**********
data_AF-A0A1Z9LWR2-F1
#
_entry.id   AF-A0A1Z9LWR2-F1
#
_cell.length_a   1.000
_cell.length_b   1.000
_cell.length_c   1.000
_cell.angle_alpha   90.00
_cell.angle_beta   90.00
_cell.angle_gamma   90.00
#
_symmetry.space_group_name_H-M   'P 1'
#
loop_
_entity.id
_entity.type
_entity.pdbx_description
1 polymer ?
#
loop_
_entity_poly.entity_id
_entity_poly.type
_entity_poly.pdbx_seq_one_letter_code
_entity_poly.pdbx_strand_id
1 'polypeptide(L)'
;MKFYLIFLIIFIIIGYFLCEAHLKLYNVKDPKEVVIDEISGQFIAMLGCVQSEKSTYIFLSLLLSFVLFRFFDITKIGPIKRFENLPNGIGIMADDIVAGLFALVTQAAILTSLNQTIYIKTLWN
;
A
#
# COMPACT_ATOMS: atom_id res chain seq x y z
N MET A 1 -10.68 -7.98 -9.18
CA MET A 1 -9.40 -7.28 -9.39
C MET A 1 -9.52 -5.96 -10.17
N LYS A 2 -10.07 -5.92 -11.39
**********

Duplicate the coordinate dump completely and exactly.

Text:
data_AF-A0A1Z9LWR2-F1
#
_entry.id   AF-A0A1Z9LWR2-F1
#
_cell.length_a   1.000
_cell.length_b   1.000
_cell.length_c   1.000
_cell.angle_alpha   90.00
_cell.angle_beta   90.00
_cell.angle_gamma   90.00
#
_symmetry.space_group_name_H-M   'P 1'
#
loop_
_entity.id
_entity.type
_entity.pdbx_description
1 polymer ?
#
loop_
_entity_poly.entity_id
_entity_poly.type
_entity_poly.pdbx_seq_one_letter_code
_entity_poly.pdbx_strand_id
1 'polypeptide(L)'
;MKFYLIFLIIFIIIGYFLCEAHLKLYNVKDPKEVVIDEISGQFIAMLGCVQSEKSTYIFLSLLLSFVLFRFFDITKIGPIKRFENLPNGIGIMADDIVAGLFALVTQAAILTSLNQTIYIKTLWN
;
A
#
# COMPACT_ATOMS: atom_id res chain seq x y z
N MET A 1 -10.68 -7.98 -9.18
CA MET A 1 -9.40 -7.28 -9.39
C MET A 1 -9.52 -5.96 -10.17
N LYS A 2 -10.07 -5.92 -11.39